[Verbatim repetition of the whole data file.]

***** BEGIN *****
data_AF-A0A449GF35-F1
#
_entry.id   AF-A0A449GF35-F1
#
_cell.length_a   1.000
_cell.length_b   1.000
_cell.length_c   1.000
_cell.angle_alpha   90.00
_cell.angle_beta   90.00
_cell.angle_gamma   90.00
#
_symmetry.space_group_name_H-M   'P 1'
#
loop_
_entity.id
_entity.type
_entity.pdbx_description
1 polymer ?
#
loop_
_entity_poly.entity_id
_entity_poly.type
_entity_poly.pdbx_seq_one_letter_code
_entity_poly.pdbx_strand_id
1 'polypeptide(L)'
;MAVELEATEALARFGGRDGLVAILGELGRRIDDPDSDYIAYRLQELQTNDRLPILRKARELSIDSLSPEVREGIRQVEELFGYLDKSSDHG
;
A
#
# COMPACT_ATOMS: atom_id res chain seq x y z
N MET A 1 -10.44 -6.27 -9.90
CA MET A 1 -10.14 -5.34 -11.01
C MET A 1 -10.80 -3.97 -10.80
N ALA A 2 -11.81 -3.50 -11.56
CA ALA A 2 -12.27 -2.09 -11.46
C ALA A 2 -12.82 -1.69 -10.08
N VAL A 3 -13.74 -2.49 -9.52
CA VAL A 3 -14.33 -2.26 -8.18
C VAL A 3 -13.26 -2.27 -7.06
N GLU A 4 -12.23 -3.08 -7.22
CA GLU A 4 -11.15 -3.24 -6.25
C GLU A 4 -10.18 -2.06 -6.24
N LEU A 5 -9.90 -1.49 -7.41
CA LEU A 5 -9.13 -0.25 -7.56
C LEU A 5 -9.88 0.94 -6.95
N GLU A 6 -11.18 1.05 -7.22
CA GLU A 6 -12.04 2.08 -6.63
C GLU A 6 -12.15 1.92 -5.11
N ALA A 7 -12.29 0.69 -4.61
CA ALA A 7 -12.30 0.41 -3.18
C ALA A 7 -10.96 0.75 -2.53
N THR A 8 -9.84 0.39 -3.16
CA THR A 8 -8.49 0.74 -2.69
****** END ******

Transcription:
data_AF-A0A449GF35-F1
#
_entry.id   AF-A0A449GF35-F1
#
_cell.length_a   1.000
_cell.length_b   1.000
_cell.length_c   1.000
_cell.angle_alpha   90.00
_cell.angle_beta   90.00
_cell.angle_gamma   90.00
#
_symmetry.space_group_name_H-M   'P 1'
#
loop_
_entity.id
_entity.type
_entity.pdbx_description
1 polymer ?
#
loop_
_entity_poly.entity_id
_entity_poly.type
_entity_poly.pdbx_seq_one_letter_code
_entity_poly.pdbx_strand_id
1 'polypeptide(L)'
;MAVELEATEALARFGGRDGLVAILGELGRRIDDPDSDYIAYRLQELQTNDRLPILRKARELSIDSLSPEVREGIRQVEELFGYLDKSSDHG
;
A
#
# COMPACT_ATOMS: atom_id res chain seq x y z
N MET A 1 -10.44 -6.27 -9.90
CA MET A 1 -10.14 -5.34 -11.01
C MET A 1 -10.80 -3.97 -10.80
N ALA A 2 -11.81 -3.50 -11.56
CA ALA A 2 -12.27 -2.09 -11.46
C ALA A 2 -12.82 -1.69 -10.08
N VAL A 3 -13.74 -2.49 -9.52
CA VAL A 3 -14.33 -2.26 -8.18
C VAL A 3 -13.26 -2.27 -7.06
N GLU A 4 -12.23 -3.08 -7.22
CA GLU A 4 -11.15 -3.24 -6.25
C GLU A 4 -10.18 -2.06 -6.24
N LEU A 5 -9.90 -1.49 -7.41
CA LEU A 5 -9.13 -0.25 -7.56
C LEU A 5 -9.88 0.94 -6.95
N GLU A 6 -11.18 1.05 -7.22
CA GLU A 6 -12.04 2.08 -6.63
C GLU A 6 -12.15 1.92 -5.11
N ALA A 7 -12.29 0.69 -4.61
CA ALA A 7 -12.30 0.41 -3.18
C ALA A 7 -10.96 0.75 -2.53
N THR A 8 -9.84 0.39 -3.16
CA THR A 8 -8.49 0.74 -2.69